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U.S. Department of Health and Human Services

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General Tuna Corporation 3/2/12

  

Department of Health and Human Services' logoDepartment of Health and Human Services

Public Health Service
Food and Drug Administration
 

College Park, MD 20740

MAR 2, 2012

Warning Letter
Re: Case ID #279637

VIA E-mail -PDF copy
VIA OVERNIGHT DELIVERY (original)

Rhona C. De Guzman, Quality Assurance Manager
General Tuna Corporation
Bo. Tambler
General Santos City,
Philippines
Re: 279637

Dear Ms. De Guzman: 

In response to a request by the U.S. Food and Drug Administration for documentation associated with your firm's processing operations for your fish and fishery products, your firm provided a copy of your firm's HACCP plan for your pouch packed tuna, as well as the corresponding process flow diagram, process flow narrative, hazard analysis and process monitoring records. Our review of that HACCP plan as well as the additional support.itlg documentation revealed that your firm has serious deviations from the requirements of the seafood HACCP regulation.

In accordance with 21 CFR 123.6(g), failure of a processor to have and implement a HACCP plan that complies with this section, or otherwise operate in accordance with the requirements of 21 CFR part 123, renders the fishery products adulterated within the meaning of section 402(a)(4) of the U.S. Federal Food, Drug and Cosmetic Act (the Act), [21 USC 342(a)(4)]. Accordingly, your firm's pouch packed tuna is adulterated within the meaning of the Act, in that the product has been prepared, packed, or held under conditions whereby it may have been rendered injurious to health. You may find the Act, the seafood HACCP regulation and the 4th Edition of the Fish and Fisheries Products Hazards & Controls Guidance (the Hazards Guide) through links in FDA's home page at www.fda.gov.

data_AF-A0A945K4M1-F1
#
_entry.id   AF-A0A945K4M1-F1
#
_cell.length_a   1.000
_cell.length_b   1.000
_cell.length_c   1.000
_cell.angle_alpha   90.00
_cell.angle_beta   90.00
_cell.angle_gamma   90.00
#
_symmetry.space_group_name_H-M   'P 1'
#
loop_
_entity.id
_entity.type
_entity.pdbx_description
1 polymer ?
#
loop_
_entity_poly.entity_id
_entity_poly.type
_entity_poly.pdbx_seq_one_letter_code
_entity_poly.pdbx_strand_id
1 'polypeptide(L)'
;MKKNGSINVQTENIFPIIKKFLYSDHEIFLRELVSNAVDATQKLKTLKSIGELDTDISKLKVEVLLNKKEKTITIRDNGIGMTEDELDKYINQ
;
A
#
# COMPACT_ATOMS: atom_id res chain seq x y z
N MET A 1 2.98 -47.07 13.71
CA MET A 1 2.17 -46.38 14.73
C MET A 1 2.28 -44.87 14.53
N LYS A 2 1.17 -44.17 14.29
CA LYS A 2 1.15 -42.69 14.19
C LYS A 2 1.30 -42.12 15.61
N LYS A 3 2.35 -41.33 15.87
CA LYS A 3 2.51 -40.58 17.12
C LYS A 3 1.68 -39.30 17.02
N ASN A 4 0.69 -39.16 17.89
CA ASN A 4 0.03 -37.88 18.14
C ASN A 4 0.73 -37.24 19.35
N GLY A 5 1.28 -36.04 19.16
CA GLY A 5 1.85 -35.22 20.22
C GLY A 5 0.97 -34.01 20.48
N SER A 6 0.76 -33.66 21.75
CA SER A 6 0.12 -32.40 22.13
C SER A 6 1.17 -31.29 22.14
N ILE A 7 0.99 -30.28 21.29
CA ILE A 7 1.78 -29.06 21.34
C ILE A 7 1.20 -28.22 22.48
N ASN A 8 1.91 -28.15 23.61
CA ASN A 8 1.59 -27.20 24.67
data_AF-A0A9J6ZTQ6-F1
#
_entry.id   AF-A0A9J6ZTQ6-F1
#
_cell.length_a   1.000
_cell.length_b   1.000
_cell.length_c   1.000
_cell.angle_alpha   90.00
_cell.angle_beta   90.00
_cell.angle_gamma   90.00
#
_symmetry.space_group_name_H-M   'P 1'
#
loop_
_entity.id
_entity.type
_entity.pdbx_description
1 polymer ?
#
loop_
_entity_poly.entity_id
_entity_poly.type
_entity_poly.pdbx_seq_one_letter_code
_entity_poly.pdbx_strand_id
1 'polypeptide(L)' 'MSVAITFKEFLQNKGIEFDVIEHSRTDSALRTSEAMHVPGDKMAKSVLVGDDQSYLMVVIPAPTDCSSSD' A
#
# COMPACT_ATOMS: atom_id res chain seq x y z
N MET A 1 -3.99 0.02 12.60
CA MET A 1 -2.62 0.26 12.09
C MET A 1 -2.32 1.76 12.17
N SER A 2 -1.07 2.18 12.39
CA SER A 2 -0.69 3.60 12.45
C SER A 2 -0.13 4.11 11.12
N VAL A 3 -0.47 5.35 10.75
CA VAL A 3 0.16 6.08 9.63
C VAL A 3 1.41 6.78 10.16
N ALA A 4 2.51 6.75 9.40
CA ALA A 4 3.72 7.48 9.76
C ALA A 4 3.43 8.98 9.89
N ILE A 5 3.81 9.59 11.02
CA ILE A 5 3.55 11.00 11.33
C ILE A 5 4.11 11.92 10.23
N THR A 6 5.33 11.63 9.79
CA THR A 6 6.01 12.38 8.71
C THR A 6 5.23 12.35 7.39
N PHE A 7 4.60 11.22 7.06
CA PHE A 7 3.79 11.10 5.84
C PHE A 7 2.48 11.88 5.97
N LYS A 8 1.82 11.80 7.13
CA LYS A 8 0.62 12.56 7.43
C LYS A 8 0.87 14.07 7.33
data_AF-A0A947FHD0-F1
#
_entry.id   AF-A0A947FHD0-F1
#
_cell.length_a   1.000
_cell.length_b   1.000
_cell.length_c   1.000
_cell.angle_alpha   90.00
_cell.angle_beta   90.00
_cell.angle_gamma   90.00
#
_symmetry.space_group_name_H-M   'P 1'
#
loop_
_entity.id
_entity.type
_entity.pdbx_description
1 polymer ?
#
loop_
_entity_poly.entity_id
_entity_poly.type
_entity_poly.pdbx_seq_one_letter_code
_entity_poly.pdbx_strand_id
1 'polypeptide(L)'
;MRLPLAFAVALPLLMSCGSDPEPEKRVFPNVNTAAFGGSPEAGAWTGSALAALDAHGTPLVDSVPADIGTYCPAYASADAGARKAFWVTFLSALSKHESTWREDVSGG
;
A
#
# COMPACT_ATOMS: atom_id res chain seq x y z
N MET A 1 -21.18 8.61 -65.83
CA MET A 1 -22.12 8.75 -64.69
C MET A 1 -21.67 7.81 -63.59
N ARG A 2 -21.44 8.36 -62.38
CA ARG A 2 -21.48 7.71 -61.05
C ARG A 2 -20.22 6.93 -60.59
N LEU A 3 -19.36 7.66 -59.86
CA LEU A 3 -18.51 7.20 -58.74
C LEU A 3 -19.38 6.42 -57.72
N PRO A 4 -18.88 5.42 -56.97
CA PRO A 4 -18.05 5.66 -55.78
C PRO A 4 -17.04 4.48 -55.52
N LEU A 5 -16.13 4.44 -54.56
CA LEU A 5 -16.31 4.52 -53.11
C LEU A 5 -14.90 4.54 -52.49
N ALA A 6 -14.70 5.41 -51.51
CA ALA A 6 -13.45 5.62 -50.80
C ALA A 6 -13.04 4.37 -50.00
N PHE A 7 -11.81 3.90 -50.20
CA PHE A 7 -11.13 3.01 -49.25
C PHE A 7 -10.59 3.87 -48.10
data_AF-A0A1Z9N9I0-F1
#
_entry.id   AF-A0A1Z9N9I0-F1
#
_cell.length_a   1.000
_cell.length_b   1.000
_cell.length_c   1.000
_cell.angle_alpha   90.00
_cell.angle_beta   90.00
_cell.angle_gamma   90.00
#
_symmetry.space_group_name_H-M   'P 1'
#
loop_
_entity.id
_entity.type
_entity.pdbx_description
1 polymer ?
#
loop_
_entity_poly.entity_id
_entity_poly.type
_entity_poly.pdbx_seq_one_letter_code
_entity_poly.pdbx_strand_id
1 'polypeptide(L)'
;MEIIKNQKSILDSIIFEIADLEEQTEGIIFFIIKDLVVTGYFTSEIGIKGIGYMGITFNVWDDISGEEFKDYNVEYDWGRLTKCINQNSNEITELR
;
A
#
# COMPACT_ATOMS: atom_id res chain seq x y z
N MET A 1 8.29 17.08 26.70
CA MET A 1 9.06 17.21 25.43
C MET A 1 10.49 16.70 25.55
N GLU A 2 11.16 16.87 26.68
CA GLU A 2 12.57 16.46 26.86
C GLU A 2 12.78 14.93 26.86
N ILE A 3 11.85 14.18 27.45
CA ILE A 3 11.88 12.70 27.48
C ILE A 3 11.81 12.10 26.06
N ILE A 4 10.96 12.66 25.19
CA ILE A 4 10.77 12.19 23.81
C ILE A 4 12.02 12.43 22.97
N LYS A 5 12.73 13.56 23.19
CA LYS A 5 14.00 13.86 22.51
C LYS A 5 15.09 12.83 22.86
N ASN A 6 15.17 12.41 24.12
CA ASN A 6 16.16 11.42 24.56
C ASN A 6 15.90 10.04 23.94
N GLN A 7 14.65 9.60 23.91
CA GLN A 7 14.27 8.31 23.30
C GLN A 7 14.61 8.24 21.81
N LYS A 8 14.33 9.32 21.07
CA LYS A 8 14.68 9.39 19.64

The 4th Edition of the Hazards Guide can be found on our web site at:: http://www.fda.gov/Food/GuidanceComplianceRegulatoryInformation/GuidanceDocuments/Seafood/FishandFisheriesProductsHazardsandControlsGuide/default.htm
 

We note the following serious deviations:

1. You must conduct or have conducted for you a hazard analysis for each kind of fish and fishery product that you produce to determine whether there are food safety hazards that are reasonably likely to occur and have a HACCP plan that, at a minimum, lists the food safety hazards that are reasonably likely to occur, to comply with 21 CFR 123.6(a) and (c)(1). A food safety hazard is defined in 21 CFR 123.3(f) as "any biological, chemical, or physical property that may cause a food to be unsafe for human consumption." However, your firm's HACCP plan for pouch packed tuna does not list the food safety hazard of Staphylococcus aureus (S. aureus ) growth and potential toxin formation.

We note that in your hazard analysis your firm identifies S. aureus in the group of pathogens associated with the "Thawing" and "Evisceration/Butchering" operations, but is not identified in any of the subsequent processing steps. Because S. aureus is not considered a good competitor with other organisms in raw fish we would not expect controls to be necessary during thawing and evisceration/butchering. The elimination of competitive organisms during your firm's precooking operation, however, will render the fish conducive to S. aureus growth and toxin formation beginning with the first opportunity for recontamination of the precooked fish, e.g., from the skinning operation until the packaged product is in the retorts and reaches inhibitory temperatures at the cold spot. Any opportunity for recontamination following the precooking operation, starting at cooling, should be considered as part of the cumulative exposure and factored for as potential opportunities for S. aureus growth and toxin formation. This should include, for example, your firm's "Rework of Defective/Damaged Seals" steps referenced in your hazard analysis, as well as any additional post-precooking operations.